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624. Robert Southey to John Rickman, [11] November [1801] ⁠* 

Dear Rickman

Blessed be the power of franking that allows innocently a short letter.

Mr Corry & I have effected a junction at last. I suspect our connection would not have taken place had the Peace [1]  broke out sooner – that he does not want me – & that his offers of assisting my diplomatic views – mean that I ought to pursue them. amen! – withal he is as courteous & kindly as man can be, & I feel fully satisfied.

Enclose my money to him, as soon as you conveniently can – for the funds are low.

I forgot to give you an article of useful information. I discovered in Archers shop, Dame Street, Dublin, [2]  that there actually did then & there exist, one quarto volume, containing 24 [3]  – what the Greeks would have called Ραςοδιαι, which may be translated rigmaroles – celebrating {upon} the great piety of the great Alfred [4]  – all which may be had at the moderate price of one guinea that is one pound two shillings & ninepence Irish. with the farther expence of duty, freight, & booksellers profit. doubtless you will profit by the hint, & examine how far the Author comes under the penalties of the Butleraboo statute. [5]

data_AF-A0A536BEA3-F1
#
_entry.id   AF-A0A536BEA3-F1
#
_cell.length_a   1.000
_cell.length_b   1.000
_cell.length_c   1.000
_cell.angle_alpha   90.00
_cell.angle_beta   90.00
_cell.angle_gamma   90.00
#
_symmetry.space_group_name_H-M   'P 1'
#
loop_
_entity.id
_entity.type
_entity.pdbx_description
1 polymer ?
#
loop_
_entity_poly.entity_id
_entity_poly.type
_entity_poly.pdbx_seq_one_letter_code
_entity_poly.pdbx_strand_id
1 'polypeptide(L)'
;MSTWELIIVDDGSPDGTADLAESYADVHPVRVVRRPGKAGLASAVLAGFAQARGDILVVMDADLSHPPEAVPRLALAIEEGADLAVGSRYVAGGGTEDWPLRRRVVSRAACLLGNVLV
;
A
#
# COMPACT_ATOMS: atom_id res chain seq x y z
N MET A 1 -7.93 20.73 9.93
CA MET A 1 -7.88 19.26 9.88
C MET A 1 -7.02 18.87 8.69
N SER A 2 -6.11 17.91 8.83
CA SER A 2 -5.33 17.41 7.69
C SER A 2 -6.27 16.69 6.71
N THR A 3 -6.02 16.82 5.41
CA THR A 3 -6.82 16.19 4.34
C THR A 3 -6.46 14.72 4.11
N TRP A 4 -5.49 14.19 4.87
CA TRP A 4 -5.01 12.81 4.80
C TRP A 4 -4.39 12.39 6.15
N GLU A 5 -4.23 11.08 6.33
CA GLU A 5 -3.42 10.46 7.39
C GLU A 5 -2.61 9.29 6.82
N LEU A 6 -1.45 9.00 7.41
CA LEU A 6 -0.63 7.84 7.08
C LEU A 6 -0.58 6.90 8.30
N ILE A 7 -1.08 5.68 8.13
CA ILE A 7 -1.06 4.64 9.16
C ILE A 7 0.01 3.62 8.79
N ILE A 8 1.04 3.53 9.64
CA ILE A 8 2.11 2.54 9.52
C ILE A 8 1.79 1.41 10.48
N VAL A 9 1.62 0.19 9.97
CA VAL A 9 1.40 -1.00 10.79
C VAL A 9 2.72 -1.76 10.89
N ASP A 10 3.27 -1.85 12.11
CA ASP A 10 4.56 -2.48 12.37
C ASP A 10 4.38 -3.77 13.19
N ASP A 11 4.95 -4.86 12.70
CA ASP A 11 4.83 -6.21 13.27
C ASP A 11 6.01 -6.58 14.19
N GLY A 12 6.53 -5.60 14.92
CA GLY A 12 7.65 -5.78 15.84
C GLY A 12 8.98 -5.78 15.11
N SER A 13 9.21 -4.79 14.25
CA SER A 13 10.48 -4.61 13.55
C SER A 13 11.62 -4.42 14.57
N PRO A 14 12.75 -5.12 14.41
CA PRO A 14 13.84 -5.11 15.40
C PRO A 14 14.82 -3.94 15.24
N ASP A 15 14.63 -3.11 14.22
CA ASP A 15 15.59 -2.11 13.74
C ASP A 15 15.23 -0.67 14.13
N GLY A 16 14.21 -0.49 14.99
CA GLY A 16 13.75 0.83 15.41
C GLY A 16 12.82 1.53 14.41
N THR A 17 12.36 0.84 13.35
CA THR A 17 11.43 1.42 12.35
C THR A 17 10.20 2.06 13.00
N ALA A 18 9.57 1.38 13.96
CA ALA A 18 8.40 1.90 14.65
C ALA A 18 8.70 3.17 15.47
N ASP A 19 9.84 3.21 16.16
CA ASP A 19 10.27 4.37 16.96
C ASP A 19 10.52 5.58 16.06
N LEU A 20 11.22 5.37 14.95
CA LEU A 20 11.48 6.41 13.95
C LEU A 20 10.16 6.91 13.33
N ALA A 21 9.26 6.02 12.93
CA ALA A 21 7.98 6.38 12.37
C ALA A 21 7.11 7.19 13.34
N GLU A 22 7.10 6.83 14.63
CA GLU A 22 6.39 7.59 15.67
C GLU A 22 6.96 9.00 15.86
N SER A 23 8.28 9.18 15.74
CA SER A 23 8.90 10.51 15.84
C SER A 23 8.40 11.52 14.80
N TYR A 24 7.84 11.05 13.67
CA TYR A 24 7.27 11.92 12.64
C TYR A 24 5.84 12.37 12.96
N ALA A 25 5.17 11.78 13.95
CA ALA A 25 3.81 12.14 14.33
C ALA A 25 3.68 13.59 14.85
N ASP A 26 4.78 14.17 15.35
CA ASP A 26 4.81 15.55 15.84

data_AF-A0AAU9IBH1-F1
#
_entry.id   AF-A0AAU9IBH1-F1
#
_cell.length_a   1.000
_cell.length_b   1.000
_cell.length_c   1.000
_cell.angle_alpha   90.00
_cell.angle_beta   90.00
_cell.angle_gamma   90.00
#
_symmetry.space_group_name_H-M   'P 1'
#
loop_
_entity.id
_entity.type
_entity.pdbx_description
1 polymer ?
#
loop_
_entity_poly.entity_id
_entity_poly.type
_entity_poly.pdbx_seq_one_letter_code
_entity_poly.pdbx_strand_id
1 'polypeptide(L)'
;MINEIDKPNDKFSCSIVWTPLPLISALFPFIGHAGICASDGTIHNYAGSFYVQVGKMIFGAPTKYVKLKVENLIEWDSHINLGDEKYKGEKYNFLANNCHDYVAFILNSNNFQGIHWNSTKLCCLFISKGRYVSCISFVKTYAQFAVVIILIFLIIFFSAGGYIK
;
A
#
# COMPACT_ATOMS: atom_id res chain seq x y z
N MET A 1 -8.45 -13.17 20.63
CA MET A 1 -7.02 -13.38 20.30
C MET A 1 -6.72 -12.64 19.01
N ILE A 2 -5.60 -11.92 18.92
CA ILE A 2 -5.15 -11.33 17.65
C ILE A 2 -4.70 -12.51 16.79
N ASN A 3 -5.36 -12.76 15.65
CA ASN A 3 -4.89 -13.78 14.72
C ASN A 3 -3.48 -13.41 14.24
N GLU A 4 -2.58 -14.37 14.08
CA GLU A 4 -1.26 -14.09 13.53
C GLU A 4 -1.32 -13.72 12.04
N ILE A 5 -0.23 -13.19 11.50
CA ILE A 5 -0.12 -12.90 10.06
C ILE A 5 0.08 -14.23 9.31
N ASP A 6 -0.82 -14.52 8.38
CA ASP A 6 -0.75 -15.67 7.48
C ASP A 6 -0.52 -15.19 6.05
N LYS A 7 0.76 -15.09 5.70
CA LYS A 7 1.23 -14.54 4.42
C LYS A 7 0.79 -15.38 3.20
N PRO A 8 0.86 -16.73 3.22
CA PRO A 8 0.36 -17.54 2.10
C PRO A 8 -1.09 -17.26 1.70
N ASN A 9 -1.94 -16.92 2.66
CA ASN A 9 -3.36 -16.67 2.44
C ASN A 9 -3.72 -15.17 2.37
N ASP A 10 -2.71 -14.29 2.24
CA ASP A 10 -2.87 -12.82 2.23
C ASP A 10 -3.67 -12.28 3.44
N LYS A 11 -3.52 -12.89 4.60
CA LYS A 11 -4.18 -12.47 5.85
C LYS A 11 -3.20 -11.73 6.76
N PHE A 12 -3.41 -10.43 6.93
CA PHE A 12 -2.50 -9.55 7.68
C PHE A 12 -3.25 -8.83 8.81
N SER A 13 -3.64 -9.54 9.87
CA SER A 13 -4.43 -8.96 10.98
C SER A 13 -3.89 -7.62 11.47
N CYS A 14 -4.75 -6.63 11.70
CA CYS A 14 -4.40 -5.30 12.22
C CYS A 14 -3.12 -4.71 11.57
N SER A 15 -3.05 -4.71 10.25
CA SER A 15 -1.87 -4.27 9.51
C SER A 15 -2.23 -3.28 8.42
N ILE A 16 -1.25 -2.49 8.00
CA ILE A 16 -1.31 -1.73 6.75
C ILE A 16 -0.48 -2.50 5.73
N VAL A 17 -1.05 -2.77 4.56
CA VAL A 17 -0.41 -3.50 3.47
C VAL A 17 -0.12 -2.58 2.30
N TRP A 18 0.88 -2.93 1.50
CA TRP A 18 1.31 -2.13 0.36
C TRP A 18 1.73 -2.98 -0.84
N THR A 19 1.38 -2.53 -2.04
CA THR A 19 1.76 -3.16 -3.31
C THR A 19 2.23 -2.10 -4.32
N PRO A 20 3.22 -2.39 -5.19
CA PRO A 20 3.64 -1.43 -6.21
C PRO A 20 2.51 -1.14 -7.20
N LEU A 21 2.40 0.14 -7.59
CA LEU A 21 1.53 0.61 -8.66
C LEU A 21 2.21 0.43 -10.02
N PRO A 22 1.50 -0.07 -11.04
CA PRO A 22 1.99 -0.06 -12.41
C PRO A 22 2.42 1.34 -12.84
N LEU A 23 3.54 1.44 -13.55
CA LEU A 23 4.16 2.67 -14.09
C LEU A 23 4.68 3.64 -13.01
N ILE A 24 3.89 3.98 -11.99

farewell

yrs

R. Southey.


25. Bridge Street. Westminster. Wednesday. Nov –


Notes

* MS: Huntington Library, RS 15
Unpublished.
Dating note: The contents suggest that the Wednesday on which this was written was 11 November 1801. BACK

[1] Britain and France had signed ‘Preliminary Articles of Peace’ on 1 October 1801. This was effectively a ceasefire to allow negotiations for a full treaty. BACK

[2] John Archer (d. 1811) ran a bookshop at Commerce Buildings, Dame St, Dublin, which was a meeting-place for Irish intellectuals. BACK

[3] Joseph Cottle, Alfred, an Epic Poem, in Twenty-Four Books (1800). BACK

[4] Alfred the Great (849-899; DNB), King of Wessex 871-899. BACK

[5] ‘Butler aboo’ was the war cry of the Butlers, one of Ireland’s most powerful Norman families. The Irish Parliament had outlawed the use of such war-cries as far back as 1495, as they provoked conflicts. Cottle’s Alfred would not be penalised under the statute, as it denounced war, dwelling, as one contemporary reviewer observed, ‘with peculiar delight upon the representation of the gentler passions’, Critical Review, 31 (February 1801), 161. BACK

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August 2011